Passion For 'Piano'

Four years ago Jane Campion, an unknown New Zealand-born filmmaker, arrived at the Cannes Film Festival flush with excitement at having her first feature film, "Sweetie," chosen for inclusion in the competition. She left in tears. Blind to its strange brilliance, the audience turned its wrath upon her film; at the Grand Theatre Lumiere, the loudest sound was the thwack of abandoned seats as the tuxedoed crowd fled in midmovie.

This year in Cannes, Campion has been the focus of an adulation so intense it has almost alarmed her. Even before the festival began, the hype about "The Piano" had reached fever pitch. A lock for the Palme d'Or, handicappers whispered. At the official black-tie screening, hundreds of angry ticketholders were turned away at the door and shuttled off to another screening room where an impromptu showing was hastily assembled to avoid fistfights. If the movie's U.S. distributor, Miramax (box), was worried that the hype would create a backlash, the delirious standing ovation at the Lumiere washed away those fears. Whether she ended up with the big prize or not (and there was stiff competition from Chen Kaige's epic Chinese film "Farewell to My Concubine" and Englishman Mike Leigh's grimly funny "Naked"), for a long moment last week Campion, almost eight months pregnant and dog-tired from days of interviews, was the hottest new name on the scene.

"The Piano" is a riveting excursion into 19th-century sexuality, a movie that takes the conventions of the Gothic romance and refracts them through a dark contemporary lens. In the 1850s, a Scottish widow named Ada (Holly Hunter) sails to New Zealand with her young daughter (Anna Paquin) for an arranged marriage to a colonial landowner (Sam Neill). Ada, who is mute, brings with her her cherished piano, her most passionate means of expression. When her new husband refuses to transport the piano through the bush, it's bought by an illiterate English settler named Baines (Harvey Keitel) who wears Maori tattoos on his face, native style. He strikes a bargain with Ada: she can win her piano back, key by key, in return for favors that become increasingly sexual. At first he just wants to look at her shoulders while she plays for him, but their private recitals in his cabin, far from her unsuspecting husband, begin to evolve into a grand passion. And when the husband discovers that Ada is sharing with Baines the erotic pleasures she denies him, he extracts a startling and cruel retribution, which is not the end of the story but sends it spinning off in unexpected directions.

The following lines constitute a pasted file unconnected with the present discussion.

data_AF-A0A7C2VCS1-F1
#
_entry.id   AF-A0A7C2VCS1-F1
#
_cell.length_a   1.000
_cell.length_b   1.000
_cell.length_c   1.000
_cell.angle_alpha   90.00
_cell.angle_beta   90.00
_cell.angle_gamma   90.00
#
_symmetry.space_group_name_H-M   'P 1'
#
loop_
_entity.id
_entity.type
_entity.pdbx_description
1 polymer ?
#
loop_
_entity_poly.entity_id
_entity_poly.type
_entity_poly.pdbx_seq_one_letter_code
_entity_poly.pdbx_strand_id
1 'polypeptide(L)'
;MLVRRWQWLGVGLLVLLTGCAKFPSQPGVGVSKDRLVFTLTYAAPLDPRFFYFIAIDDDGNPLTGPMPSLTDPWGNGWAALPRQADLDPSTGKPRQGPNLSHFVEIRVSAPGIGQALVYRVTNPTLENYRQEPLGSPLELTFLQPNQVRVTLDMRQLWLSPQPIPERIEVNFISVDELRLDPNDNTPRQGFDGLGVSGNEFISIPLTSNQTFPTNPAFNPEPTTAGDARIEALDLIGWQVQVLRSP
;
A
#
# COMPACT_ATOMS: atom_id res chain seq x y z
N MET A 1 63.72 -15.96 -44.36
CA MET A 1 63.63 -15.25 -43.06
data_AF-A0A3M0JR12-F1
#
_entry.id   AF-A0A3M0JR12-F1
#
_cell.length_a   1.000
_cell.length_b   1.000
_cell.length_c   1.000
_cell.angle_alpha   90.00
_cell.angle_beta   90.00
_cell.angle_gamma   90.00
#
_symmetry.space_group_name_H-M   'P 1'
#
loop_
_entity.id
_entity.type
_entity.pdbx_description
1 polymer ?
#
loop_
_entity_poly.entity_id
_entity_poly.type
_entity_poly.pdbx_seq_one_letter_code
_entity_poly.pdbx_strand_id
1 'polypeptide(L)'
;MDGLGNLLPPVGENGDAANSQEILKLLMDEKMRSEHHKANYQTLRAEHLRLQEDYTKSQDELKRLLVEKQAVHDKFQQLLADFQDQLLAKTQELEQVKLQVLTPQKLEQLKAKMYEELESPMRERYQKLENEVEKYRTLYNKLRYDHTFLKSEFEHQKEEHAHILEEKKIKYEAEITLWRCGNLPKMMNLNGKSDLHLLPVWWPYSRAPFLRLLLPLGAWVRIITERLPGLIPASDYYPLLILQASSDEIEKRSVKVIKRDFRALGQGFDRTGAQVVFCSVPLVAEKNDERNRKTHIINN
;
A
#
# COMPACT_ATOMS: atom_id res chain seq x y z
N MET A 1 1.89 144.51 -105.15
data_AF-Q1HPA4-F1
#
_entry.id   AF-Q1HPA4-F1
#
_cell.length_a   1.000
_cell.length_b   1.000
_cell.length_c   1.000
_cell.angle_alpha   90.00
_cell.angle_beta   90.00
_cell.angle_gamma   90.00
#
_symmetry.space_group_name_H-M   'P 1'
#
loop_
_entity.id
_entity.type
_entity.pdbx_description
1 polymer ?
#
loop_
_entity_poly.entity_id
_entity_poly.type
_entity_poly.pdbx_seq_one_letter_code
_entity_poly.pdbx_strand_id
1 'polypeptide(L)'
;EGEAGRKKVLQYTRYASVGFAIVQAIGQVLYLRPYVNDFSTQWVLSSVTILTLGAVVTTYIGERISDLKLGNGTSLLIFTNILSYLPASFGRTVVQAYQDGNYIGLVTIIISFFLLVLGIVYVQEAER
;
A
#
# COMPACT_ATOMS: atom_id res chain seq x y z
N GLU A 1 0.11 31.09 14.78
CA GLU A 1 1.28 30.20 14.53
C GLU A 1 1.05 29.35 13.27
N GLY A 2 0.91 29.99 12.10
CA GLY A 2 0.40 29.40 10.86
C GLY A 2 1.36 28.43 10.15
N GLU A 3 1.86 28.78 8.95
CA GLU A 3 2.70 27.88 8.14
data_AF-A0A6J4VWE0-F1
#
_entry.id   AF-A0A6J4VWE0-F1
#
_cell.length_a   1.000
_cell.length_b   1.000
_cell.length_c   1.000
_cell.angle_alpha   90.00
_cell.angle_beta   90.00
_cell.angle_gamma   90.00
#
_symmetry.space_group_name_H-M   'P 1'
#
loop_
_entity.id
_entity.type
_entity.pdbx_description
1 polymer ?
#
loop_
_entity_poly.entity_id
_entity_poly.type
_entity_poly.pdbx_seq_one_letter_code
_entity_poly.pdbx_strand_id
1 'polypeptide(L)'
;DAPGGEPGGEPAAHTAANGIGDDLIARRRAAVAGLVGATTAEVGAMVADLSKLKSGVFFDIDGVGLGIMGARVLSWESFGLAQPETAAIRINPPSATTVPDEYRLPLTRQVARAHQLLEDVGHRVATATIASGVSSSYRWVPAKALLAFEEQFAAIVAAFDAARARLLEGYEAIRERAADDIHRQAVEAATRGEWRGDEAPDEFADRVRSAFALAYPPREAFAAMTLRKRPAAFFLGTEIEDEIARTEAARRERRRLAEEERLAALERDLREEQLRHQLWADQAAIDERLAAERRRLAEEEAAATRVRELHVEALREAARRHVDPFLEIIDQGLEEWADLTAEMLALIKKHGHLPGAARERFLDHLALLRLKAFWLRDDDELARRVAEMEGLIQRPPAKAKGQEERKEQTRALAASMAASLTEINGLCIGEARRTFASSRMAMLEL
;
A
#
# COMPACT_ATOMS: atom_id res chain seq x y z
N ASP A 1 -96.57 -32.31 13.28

In "The Piano" Campion reveals a romanticism that was not evident in the spikily oddball "Sweetie" or in her wonderful three-hour film about the New Zealand writer Janet Frame "An Angel at My Table." But she has not lost her fierceness or her extraordinary eye: the beauty of her images of briny seas and dank tropical forests owes nothing to postcard makers. And in Holly Hunter's willful Ada (a performance so expressive you almost forget she isn't speaking), she creates a memorably eccentric heroine who finds her place in the world by pushing instinctively against the restraints of 19th-century civilization. Erotic, mysterious and exquisitely etched, "The Piano" transmutes the bodice-ripping tropes of the "woman's film" into fierce cinematic poetry.

The 39-year-old director/ writer wasn't planning to stay in Cannes to see if she won the prize. Her baby is due on July 1, and she needed to get back home to Sydney, Australia, while she was still allowed to fly. She was happy that people responded so strongly to her film, but the hosannas in Cannes weren't turning her head. "This should be so egoamplifying, but it doesn't work that way," she said. She's learned her lesson since the hard Cannes knocks of 1989. "After 'Sweetie' it took me a while to regain my equilibrium. I was too open, too innocent about it all then. I worry for the first-time filmmakers here. I want to protect them."

Whether "The Piano" catapults her out of the art-house circuit and into the commercial mainstream remains to be seen (it will open in the United States in either August or November). But her future projects are getting bigger. She's just been in Italy preparing her version of Henry James's "Portrait of a Lady" to star Nicole Kidman. Though trained at art school, she's an imagemaker with a rare passion for the written word. She considers "The Piano" her homage to Emily Dickinson and the Brontes. And she's developing a project about Christopher Isherwood and his guru, wedding her interests in the spiritual and the earthly. Campion, who looks like Meryl Streep's heartier sister, is reported to have a will of steel under her polite manner. It has enabled her so far to pursue her singular vision without compromise. Happily, the world is now discovering what a small but ardent cult has known all along-that Jane Campion is one of the most splendid filmmakers around.

Passion For 'Piano' | News